Aubrey Beardsley’s Macabre Illustrations of Edgar Allan Poe’s Short Stories (1894)


Ear­li­er this month, we fea­tured Oscar Wilde’s scan­dalous play Salome as illus­trat­ed by Aubrey Beard­s­ley in 1894. Though Beard­s­ley’s short life and career would end a scant four years lat­er at the age of 25, the illus­tra­tor still had more than enough time to devel­op a clear and bold, yet elab­o­rate and even deca­dent style, still imme­di­ate­ly rec­og­niz­able and deeply influ­en­tial today.


He also man­aged to visu­al­ize an impres­sive­ly wide range of mate­r­i­al, one that includes — in the very same year — the trans­gres­sive­ly wit­ty writ­ing of Oscar Wilde as well as the ground­break­ing­ly macabre writ­ings of Edgar Allan Poe.


“Aubrey Beardsley’s four Poe illus­tra­tions were com­mis­sioned by Her­bert S. Stone and Com­pa­ny, Chica­go, in 1894 as embell­ish­ment for a mul­ti-vol­ume col­lec­tion of the author’s works,” writes artist and design­er John Coulthart. “The Black Cat (above) is jus­ti­fi­ably the most repro­duced of these.” The Lit­er­ary Archive blog argues that “what Beardsley’s illus­tra­tions do tell us of is that Poe’s sto­ries are not sta­t­ic, but liv­ing works that each new gen­er­a­tion gets to expe­ri­ence in [its] own way,” and that they “give us a glimpse into a slight deca­dence and goth­ic-ness still pre­ferred in hor­ror at the time (a giant orang­utan envelopes the girl in his arms—King Kong any­one?)”


They also remind us that “our taste for creepi­ness, for hear­ing tales about the dark­er side of human life, hasn’t changed appre­cia­bly in over 150 years.” If the Amer­i­can author and the Eng­lish illus­tra­tor would seem to make for odd lit­er­ary and artis­tic bed­fel­lows, well, there­in lies the appeal: when one strong cre­ative sen­si­bil­i­ty comes up against anoth­er, things can well go off in the kind of rich­ly bizarre direc­tions you see hint­ed at in the images here.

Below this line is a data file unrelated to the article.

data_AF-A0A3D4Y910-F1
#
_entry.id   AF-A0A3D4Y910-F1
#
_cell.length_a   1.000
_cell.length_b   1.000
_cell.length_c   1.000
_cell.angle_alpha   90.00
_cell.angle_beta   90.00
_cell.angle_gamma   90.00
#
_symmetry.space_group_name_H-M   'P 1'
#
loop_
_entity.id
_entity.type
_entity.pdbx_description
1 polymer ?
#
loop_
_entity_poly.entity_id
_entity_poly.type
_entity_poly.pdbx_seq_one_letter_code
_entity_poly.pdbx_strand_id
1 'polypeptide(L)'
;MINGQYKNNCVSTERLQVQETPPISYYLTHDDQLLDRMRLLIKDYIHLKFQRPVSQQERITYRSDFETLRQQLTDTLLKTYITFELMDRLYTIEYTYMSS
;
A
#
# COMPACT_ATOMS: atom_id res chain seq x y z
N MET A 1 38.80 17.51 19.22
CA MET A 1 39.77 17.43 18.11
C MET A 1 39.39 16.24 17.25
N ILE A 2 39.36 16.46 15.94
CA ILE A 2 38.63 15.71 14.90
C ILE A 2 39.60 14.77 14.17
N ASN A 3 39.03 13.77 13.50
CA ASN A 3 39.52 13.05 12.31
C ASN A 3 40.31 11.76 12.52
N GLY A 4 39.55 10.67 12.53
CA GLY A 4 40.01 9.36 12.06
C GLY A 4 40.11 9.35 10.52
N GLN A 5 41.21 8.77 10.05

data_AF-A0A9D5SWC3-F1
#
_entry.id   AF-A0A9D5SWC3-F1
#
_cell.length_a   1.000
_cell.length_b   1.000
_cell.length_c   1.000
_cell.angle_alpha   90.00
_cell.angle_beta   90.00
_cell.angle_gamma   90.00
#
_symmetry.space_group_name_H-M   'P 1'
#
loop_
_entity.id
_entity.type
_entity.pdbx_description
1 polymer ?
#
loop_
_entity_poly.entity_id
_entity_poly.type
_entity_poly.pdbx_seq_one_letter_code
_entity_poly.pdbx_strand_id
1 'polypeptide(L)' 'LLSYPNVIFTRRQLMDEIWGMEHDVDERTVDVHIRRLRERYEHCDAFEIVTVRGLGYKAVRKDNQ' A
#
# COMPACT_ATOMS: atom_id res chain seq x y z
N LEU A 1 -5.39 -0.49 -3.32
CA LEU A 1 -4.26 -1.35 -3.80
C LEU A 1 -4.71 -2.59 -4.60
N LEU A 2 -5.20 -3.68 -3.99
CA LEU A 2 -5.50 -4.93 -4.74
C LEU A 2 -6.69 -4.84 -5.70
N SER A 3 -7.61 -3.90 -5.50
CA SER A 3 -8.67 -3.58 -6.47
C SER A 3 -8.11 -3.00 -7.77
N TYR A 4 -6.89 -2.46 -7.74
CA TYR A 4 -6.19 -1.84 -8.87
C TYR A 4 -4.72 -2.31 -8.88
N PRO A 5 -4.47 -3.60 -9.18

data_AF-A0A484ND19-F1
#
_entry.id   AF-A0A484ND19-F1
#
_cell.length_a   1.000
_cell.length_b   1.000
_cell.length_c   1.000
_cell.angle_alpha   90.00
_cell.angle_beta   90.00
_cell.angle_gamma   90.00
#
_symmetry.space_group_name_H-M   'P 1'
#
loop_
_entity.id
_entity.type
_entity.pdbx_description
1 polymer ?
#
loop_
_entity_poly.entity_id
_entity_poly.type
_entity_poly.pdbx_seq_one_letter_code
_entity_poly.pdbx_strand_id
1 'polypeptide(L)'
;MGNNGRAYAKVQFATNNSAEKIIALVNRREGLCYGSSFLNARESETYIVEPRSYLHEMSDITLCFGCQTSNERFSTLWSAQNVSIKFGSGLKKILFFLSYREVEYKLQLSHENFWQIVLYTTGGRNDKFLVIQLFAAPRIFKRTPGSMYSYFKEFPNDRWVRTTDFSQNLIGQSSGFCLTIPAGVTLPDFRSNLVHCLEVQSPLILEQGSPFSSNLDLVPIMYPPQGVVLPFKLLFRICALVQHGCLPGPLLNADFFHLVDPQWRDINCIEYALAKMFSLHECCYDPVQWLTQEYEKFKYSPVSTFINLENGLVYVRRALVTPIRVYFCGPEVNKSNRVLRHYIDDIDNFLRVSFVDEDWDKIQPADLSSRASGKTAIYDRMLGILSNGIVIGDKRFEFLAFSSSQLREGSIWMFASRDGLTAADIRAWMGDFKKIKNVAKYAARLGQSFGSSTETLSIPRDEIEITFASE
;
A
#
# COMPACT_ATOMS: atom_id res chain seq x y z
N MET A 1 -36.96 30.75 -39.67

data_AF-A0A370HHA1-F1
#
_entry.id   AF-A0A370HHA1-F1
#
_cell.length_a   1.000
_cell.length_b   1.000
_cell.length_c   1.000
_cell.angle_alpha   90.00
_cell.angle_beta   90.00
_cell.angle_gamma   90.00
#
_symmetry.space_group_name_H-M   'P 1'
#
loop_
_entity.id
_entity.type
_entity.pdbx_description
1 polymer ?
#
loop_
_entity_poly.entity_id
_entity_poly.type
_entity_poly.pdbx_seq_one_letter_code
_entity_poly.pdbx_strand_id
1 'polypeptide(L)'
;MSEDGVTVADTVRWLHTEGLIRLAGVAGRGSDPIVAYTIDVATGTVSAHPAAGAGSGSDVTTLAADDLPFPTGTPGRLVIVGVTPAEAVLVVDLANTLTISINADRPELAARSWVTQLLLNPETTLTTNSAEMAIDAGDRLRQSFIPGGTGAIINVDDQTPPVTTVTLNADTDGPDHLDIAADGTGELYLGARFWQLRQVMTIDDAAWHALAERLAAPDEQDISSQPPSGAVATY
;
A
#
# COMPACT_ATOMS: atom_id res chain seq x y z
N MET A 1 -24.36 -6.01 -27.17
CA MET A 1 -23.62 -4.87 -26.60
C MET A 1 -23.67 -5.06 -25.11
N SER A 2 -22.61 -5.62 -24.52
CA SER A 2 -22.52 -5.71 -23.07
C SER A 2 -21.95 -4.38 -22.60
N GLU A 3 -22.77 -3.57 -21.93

If you’d like to own a piece of this odd chap­ter in the his­to­ry of illus­trat­ed texts, keep your eye on Sothe­by’s — you’ll only have to come up with between 4,000 and 6,000 pounds.

via The Paris Review

Relat­ed Con­tent:

Oscar Wilde’s Play Salome Illus­trat­ed by Aubrey Beard­s­ley in a Strik­ing Mod­ern Aes­thet­ic (1894)

Gus­tave Doré’s Splen­did Illus­tra­tions of Edgar Allan Poe’s “The Raven” (1884)

5 Hours of Edgar Allan Poe Sto­ries Read by Vin­cent Price & Basil Rath­bone

Col­in Mar­shall writes else­where on cities, lan­guage, Asia, and men’s style. He’s at work on a book about Los Ange­les, A Los Ange­les Primer, the video series The City in Cin­e­maand the crowd­fund­ed jour­nal­ism project Where Is the City of the Future? Fol­low him on Twit­ter at @colinmarshall or on Face­book.

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  • Adoré Floupette says:

    Quite sure – pos­i­tive, in fact – that the por­trait of EAP lead­ing off this arti­cle is NOT by Aubrey Beard­s­ley. It’s most like­ly from the 1919 “Nichols col­lec­tion,” a group of about 80 weak forg­eries. All of Beard­s­ley’s draw­ings have been care­ful­ly record­ed, but the EAP por­trait is not includ­ed in Aymar Val­lance’s iconog­ra­phy which was revised by Beard­s­ley him­self.

    Allow me to say your web­site has pro­vid­ed me with many – far, far too many – hours of inter­est and delight.

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